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Youth of Bengal have risen to fight COVID as die-hard volunteers!

10 May, 2021 15:06:26
Youth of Bengal have risen to fight COVID as die-hard volunteers!

“It was in the middle of the night and my Covid positive father was in dire need of oxygen. My mother and brother both were tested covid positive. I was in desperation. One of my friends contacted the volunteers and with great relief they supplied me with an oxygen cylinder along with its apparatus within an hour and today my father is recovering. All thanks to the Red Volunteers,” says Meena Paul from Konnagar

With a strong pledge in mind a group of young volunteers of organisations like Red Volunteers and Covid Care: District United have been like God sent. They have taken the onus of restarting sanitization drives, providing masks in marketplaces and helping relatives of Covid patients organize oxygen cylinders or providing beds for patients and even arranging for ICU in government and private hospitals. They are also working to ensure that telemedicine help is provided by different medical organizations, including the Association of Health Services Doctors, to reach out to the COVID positive patients. Their network has spread throughout the state of West Bengal. Through social media networking they have been able to reach covid effected people on a wider scale.

In the Rajarhat-New Town area, Saptarshi Deb, who was a Red Volunteer during last year’s lockdown as well, was seen distributing mask among the people. Deb and his fellow activists had first started the initiative of reaching out to the needy during the lockdown period last year through telephone numbers provided on WhatsApp, Facebook and other social media platforms. This initiative later took the organized shape of Red Volunteers in the New Kolkata Development Authority (NKDA) area and then more teams spread across the state.

Tanumay Sikdar, admin of Covid Care: District United told GB, “We are untied as individuals working in different districts. The situation in various districts is very critical as there is lack of basic medical infrastructure. Even Kolkata’s posh areas are in dearth of medicines and medical facilities. We are grateful to the various state governmental departments who have shown extreme cooperation during critical times, but that’s not enough, we need more people to come forward genuinely and help.”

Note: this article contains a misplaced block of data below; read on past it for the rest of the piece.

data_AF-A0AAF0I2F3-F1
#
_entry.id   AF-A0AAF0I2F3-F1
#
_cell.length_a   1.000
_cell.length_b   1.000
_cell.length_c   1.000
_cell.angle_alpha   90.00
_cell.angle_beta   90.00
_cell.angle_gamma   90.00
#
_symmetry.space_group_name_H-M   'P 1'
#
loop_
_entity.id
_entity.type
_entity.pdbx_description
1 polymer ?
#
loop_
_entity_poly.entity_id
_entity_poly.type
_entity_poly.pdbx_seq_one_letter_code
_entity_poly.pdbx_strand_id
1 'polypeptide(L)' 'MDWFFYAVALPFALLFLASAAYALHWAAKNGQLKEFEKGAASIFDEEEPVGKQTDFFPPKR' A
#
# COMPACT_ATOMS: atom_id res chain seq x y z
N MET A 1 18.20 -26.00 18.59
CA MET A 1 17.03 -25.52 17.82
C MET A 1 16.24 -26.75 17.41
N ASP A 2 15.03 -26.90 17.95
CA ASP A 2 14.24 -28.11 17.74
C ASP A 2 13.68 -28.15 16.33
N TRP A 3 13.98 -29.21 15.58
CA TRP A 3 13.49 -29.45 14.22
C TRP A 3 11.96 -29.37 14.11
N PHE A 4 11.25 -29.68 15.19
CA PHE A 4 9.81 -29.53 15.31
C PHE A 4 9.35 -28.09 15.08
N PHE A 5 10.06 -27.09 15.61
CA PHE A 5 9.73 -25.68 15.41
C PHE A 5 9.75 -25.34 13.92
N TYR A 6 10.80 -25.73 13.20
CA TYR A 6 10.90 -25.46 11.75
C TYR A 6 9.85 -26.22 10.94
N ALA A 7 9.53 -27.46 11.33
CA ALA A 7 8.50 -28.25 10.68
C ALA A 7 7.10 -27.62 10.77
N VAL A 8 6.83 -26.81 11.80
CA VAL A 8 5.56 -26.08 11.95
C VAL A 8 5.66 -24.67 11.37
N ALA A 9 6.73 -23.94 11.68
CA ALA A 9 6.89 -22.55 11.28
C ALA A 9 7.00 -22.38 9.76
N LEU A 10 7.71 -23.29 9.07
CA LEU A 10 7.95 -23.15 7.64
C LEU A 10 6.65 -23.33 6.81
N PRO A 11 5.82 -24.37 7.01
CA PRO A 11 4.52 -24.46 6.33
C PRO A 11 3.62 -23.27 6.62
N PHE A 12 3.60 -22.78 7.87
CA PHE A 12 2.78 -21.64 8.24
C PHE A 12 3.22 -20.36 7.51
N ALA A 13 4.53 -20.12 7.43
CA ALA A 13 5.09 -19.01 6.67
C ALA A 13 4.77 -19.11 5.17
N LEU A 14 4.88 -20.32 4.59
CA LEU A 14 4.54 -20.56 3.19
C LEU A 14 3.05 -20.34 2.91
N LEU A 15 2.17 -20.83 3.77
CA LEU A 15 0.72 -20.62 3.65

“I think, the love for people is making me stand by the people of my society. I always have had this thought that, one cannot survive alone but being together can make survival and existence of civilization possible in any crisis. This pandemic, which is a huge crisis to everyone, has made us realize that life is just a drop of dew on a lotus leaf! It can stay there or fall off at any time. So, there is no time to waste but to extend our hands to anyone and everyone in need. I thank everyone who has helped and are willing to help throughout this journey,” says Arunima Mahapatra, an active member of the Red Volunteer organization.

This selfless courageous young generation are our only hope and Bengal has witnessed such silent warriors years back during previous pandemics too. They reminded us of the Bengali writer Sarat Chandra Chattopadhyay’s stories where epidemics like malaria and plague were an inevitable part of rural life. His central protagonists, Ramesh in Pallisamaj, Brindaban in Panditmasay, or Srikanta in Srikanta, are frequently portrayed as altruists, eager to take on the arduous task of rescuing pandemic-afflicted villagers, oblivious to the danger of contagion. Have these fiction characters returned to real life? May be yes during COVID 19. Our kudos and salute to this generation of young fighters.

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